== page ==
Cancer made me a better mum is the title I was given and asked if I wanted to write my thoughts towards it. I found it so hard at first to get my head around this tile but as it was for the Daily Express I thought it would be a fabulous opportunity so I really tried hard.

Cancer made me a better mum. Really?

My initial difficulties lay in the fact that at first I didn’t think that cancer actually did make me a better mum. I am no more patient now than then. And I can still shout at my three children, and then feel bad about it. But I soon realised that that’s not what it is all about.

This whole parenting malarkey can be such a rollercoaster ride of emotions. It’s definitely trial and error and once I think I’m at my wit’s end, something changes and we move forward, quite naturally.

Parenting is just as multi facetted as the most beautifully cut diamond in the world. It’s the balance between teaching my children enough maths to achieve what they want and enough self love and self respect to do so emotionally healthily.

Below is the copy to the full article, let me know what you think!

Love Dani xx

Daily Express, July the 18th 2018
Daily Express article paper clipping
Daily Express article paper clipping

“I’m one of the lucky ones.

I am a mum to three girls and like most parents, I have moments where I just want to cuddle and kiss my children non stop (much to their annoyance) and I have moments when I could yell from the top of my lungs as their arguing and bickering can be so frustrating. I suppose that’s normal.

It’s also quite normal that as a parent you want to do everything you can to protect your children. You want to make sure they grow up to become independent and happy human beings. We want to show them the way, lead in good example, and to be there for them when they first have a broken heart.

I can’t tell you how sickening a feeling it was, how paralysing the pain and how the terror rippled through my entire body when I suddenly realised that the lump in my left breast might prevent me from seeing my girls grow up.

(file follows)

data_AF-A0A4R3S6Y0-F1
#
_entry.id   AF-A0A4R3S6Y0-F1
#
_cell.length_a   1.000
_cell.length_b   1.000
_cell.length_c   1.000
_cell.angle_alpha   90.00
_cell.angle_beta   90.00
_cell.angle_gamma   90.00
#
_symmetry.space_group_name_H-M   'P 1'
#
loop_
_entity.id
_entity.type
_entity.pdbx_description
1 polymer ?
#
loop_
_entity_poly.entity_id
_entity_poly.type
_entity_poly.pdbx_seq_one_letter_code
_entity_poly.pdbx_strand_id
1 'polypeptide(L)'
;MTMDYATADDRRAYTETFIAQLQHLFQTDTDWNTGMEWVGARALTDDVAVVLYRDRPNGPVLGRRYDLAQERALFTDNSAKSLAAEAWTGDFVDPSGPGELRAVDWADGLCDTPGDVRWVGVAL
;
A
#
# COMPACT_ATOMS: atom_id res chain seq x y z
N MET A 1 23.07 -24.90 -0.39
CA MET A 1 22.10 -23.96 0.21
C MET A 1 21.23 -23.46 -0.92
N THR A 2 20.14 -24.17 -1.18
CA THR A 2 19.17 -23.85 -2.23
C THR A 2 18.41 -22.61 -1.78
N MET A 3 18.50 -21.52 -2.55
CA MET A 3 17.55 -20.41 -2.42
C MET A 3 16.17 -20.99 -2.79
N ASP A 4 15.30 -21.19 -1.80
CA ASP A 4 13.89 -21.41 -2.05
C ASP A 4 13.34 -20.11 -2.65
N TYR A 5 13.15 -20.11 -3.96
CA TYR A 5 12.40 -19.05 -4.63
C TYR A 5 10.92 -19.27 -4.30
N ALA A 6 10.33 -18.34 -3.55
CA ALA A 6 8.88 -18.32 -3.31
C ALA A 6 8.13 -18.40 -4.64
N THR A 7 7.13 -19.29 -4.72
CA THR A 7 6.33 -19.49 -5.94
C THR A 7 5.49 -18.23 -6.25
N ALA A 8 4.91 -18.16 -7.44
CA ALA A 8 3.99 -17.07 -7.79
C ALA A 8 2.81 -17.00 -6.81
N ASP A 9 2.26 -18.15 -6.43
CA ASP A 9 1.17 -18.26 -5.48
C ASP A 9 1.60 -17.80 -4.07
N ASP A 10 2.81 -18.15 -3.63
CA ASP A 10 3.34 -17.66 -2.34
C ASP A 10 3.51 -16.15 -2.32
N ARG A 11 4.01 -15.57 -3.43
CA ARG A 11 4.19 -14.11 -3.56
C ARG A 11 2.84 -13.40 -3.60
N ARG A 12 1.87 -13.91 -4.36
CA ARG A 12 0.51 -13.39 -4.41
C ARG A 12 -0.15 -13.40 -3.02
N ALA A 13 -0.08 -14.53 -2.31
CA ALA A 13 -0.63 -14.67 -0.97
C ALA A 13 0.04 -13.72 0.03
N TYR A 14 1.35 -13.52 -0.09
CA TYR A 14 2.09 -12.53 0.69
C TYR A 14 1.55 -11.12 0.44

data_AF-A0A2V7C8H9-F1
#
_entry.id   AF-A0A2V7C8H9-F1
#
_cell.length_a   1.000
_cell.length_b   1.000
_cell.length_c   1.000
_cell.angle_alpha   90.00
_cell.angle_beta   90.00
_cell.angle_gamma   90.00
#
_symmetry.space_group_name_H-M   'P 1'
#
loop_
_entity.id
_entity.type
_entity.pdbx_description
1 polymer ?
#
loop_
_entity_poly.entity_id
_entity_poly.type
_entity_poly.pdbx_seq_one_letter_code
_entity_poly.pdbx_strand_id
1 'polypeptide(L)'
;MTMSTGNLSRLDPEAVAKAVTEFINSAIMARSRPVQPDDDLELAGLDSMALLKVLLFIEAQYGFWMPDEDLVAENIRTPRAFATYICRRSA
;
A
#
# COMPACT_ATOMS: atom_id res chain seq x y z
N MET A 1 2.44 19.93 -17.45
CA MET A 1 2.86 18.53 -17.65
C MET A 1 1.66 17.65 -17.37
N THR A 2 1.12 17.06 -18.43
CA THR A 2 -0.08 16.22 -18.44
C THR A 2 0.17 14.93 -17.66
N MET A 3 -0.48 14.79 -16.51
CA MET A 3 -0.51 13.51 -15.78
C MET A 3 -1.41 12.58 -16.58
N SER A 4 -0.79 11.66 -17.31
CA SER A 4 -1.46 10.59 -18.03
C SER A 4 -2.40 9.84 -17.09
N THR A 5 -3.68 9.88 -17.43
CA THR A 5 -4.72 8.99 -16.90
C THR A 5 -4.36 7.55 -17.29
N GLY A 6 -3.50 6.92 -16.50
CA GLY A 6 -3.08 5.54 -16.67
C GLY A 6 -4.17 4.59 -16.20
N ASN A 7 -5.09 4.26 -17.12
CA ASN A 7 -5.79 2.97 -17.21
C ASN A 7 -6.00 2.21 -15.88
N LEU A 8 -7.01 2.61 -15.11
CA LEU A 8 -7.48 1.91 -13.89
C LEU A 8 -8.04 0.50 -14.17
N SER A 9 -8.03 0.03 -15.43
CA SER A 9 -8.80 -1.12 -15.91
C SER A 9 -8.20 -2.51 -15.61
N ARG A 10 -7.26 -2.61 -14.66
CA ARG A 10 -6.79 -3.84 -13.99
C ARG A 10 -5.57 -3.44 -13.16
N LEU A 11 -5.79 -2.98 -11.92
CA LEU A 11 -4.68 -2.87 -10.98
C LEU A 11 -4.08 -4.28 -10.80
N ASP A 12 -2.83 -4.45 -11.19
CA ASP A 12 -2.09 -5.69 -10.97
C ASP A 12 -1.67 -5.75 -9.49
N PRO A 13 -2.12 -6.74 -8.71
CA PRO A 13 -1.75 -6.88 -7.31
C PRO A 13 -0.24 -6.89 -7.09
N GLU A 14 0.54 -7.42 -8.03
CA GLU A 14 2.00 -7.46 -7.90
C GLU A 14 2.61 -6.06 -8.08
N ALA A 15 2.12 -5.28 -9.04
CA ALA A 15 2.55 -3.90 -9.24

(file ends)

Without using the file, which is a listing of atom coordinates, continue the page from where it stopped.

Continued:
I was 33 when I was told that my cancer was highly aggressive. My eldest daughter was 4 and my twin girls were just 2.

After surgery to remove my lump and lymph nodes followed chemotherapy. It was like getting into a boxing fight. Over and over again. Chemo would hit me hard, I would feel sick, weak and exhausted and by the time I would feel a little more normal I was due my next round. Wham. Here we go again. It truly hit me like a tonne of bricks. I struggled to do tasks that once came very easily to me. I had to take extended time off work, and I even contemplated looking into Breeze insurance that would cover me for all this time I had away from work, so at least I was still receiving income that would help me to support our family. It wasn’t ideal, but I had to keep going. In the back of my mind, I knew that all of this pain and suffering would be worth it. When I started radiotherapy I felt as if I was on the end spurt of my very own ultra marathon. I was hoping that my last day of radiotherapy would also mark the end with my journey with cancer. But I couldn’t have been more wrong if I tried.

Having been through all that treatment, I am eternally grateful for our healthcare system here in the UK. Everyone involved with the NHS was simply fantastic throughout and I cannot thank them enough. I cannot even begin to imagine having cancer in a country like the U.S., where you have to cover your own medical bills. Going through what I went through and then trying to organise crowdfunding to cover your ever-increasing bills would have been a completely different challenge. I sympathise dearly with those who struggle to pay for medical bills.

Today, over five years on, I’m cancer free. I wake up and I get to enjoy my days, I am excited about my future and I feel utterly blessed to have seen my girls start school, to have taken them on holidays, and to be able to make and pack their lunch for them. Treatment might be the only option to beat cancer and one should never avoid it. There is no better feeling than realizing that you’ve defeated cancer and can move on with your normal lifestyle with your family. Nowadays one can get access to advanced treatment options like chemotherapy and radiotherapy (find out more here about radiotherapy) that can help cancer patients get well sooner.

That being said, I also know that life is uncertain, it’s precious and each day matters so much. It has taken me all this time to recover from my breast cancer diagnosis. Physically and mentally, and on some days I know that I am still on a journey.

When my conventional cancer treatment finished I fell into a deep hole. I was scared that my cancer would return. My anxiety resulted in panic attacks and physical pains which I couldn’t explain. I had lost all trust in my body. I just didn’t know what I should be feeling anymore. What was normal?